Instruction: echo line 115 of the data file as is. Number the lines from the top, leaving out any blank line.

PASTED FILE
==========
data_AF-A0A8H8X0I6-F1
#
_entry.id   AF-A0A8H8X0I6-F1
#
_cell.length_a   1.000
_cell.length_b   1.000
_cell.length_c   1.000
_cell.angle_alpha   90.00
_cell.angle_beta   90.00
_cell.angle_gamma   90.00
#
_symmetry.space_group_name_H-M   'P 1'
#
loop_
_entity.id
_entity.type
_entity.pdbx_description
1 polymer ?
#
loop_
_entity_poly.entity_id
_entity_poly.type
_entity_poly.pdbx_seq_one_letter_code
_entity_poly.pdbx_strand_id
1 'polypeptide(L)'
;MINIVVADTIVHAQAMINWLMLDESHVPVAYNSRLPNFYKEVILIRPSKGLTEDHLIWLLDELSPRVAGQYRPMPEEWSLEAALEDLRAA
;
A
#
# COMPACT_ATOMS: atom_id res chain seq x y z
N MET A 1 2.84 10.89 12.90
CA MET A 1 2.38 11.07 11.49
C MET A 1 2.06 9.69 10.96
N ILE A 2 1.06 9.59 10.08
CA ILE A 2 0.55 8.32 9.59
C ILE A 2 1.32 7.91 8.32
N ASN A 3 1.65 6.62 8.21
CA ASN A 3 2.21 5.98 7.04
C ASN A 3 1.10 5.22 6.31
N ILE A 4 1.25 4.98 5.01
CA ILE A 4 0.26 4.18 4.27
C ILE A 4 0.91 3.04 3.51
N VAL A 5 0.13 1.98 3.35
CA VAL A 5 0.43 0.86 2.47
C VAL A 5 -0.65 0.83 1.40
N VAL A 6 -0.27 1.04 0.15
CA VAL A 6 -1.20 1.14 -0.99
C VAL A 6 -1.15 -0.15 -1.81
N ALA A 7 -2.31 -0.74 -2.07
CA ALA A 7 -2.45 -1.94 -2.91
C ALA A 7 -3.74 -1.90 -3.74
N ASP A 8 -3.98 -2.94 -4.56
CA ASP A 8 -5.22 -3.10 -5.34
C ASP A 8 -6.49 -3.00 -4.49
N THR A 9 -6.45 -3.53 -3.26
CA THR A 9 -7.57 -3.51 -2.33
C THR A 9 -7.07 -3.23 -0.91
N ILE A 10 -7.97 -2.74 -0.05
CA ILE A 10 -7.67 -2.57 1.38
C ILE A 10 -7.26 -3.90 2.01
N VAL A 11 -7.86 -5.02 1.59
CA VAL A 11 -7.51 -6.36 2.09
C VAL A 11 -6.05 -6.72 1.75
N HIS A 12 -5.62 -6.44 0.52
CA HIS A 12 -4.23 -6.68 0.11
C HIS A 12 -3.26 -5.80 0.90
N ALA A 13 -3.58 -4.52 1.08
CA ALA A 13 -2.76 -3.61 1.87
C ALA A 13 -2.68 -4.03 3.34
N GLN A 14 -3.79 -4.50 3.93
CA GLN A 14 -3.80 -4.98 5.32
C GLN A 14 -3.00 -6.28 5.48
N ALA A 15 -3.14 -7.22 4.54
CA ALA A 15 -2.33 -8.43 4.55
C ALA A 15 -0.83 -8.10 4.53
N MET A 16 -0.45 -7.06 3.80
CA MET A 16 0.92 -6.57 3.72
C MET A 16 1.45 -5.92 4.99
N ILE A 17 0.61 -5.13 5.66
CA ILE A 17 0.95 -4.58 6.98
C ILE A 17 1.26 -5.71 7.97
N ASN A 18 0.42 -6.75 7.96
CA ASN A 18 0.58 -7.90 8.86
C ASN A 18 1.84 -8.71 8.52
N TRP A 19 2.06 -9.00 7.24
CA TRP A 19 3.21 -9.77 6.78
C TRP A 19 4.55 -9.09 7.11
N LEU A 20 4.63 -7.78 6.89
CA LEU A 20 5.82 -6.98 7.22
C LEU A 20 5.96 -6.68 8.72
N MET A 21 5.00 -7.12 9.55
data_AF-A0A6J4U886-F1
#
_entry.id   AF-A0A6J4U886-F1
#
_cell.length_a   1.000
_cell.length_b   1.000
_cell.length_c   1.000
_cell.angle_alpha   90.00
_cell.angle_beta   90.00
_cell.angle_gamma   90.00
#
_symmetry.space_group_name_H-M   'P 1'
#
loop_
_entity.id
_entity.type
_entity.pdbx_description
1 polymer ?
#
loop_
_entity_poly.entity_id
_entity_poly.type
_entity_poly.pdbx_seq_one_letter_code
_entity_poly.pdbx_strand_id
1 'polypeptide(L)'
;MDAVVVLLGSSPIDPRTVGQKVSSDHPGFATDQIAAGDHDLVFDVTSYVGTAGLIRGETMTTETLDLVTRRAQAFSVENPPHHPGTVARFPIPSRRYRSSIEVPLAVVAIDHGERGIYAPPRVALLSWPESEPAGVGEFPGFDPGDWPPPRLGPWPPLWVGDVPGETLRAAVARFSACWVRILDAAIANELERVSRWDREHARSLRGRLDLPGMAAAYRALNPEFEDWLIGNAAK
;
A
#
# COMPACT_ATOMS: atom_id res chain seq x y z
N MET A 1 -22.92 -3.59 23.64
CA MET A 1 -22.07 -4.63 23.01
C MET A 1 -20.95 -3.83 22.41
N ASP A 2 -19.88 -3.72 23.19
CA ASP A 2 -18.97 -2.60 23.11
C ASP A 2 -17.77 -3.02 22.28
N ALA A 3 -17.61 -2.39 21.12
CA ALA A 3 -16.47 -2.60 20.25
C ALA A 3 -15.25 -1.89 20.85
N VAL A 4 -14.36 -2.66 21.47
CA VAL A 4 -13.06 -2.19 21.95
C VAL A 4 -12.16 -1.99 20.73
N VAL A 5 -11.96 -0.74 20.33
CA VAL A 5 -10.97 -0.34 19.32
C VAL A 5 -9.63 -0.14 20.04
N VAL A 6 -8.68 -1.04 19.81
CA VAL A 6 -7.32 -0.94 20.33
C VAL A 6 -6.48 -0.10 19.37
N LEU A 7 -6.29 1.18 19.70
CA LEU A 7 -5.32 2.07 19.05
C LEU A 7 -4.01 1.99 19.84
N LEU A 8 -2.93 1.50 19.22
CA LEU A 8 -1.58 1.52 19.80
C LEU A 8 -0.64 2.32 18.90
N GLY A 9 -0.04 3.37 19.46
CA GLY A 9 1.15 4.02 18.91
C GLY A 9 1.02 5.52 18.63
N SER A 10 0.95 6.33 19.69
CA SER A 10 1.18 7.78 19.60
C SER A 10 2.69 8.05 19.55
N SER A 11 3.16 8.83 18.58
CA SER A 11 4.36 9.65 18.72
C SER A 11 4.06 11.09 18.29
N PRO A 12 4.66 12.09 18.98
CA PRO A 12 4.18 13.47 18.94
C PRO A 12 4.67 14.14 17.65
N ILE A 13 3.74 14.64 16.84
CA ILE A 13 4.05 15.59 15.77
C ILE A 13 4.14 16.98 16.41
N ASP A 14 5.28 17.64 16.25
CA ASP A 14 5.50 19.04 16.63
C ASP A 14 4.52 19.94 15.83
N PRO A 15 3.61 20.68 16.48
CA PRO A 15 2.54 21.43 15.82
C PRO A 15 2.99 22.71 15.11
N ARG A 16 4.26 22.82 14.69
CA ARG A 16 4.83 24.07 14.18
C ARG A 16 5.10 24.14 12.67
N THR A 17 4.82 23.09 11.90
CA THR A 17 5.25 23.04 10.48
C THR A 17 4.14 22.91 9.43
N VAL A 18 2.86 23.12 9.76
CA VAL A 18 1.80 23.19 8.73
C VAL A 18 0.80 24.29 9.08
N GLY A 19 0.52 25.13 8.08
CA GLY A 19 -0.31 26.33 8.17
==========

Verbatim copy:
_entity_poly.pdbx_strand_id